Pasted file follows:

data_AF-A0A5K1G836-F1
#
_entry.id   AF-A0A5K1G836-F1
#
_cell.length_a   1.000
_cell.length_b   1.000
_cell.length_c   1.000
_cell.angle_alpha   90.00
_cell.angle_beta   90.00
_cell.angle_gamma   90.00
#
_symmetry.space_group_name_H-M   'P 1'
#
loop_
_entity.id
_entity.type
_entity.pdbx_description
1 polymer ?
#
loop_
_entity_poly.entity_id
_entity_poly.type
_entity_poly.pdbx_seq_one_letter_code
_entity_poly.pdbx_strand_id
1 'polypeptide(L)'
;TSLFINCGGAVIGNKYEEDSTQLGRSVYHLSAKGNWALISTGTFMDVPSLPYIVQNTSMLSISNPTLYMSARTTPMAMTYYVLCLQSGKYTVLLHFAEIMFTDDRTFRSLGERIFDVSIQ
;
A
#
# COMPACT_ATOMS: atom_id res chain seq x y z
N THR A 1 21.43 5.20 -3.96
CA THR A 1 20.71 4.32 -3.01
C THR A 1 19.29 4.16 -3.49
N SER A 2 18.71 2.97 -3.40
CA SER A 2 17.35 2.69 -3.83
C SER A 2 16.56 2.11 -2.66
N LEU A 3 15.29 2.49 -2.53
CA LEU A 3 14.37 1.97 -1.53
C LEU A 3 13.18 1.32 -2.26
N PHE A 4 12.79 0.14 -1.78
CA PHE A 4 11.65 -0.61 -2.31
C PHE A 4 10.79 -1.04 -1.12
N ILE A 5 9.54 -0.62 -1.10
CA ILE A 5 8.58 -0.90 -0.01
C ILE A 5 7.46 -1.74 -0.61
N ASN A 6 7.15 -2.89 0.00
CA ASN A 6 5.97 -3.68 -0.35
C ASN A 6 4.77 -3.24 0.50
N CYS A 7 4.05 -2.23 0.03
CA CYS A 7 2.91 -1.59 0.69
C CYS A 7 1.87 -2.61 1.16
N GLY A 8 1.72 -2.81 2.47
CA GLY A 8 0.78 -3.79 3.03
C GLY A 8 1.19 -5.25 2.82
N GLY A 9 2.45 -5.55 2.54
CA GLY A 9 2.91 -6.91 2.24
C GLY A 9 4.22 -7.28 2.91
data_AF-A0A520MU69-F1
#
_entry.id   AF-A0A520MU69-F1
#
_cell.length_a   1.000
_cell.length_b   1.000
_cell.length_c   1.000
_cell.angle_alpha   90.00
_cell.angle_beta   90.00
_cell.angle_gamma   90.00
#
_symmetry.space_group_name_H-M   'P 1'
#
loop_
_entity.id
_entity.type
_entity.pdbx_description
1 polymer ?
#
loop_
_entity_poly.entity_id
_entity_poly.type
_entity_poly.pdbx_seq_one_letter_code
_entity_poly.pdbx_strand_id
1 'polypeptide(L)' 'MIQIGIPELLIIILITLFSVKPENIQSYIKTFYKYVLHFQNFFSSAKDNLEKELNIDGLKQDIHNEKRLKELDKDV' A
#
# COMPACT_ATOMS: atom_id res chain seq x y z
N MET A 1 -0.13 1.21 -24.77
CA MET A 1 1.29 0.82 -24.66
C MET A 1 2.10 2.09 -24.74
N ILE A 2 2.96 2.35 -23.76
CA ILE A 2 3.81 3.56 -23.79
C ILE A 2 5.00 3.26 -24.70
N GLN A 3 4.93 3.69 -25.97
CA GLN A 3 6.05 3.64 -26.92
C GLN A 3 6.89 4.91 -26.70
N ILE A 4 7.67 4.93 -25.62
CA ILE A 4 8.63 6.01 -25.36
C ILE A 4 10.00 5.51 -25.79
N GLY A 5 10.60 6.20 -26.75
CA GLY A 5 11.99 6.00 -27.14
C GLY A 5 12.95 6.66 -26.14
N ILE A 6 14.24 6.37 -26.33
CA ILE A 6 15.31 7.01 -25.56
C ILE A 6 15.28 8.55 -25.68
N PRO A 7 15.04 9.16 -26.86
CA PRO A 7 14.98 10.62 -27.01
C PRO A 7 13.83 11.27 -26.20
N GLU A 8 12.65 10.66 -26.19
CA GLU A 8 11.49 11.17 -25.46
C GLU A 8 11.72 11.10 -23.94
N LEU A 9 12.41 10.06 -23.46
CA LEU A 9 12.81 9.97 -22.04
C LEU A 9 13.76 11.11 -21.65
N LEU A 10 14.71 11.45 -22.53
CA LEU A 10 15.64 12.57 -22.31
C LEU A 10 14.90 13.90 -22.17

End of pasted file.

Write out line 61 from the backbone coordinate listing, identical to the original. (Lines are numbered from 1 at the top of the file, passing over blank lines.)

#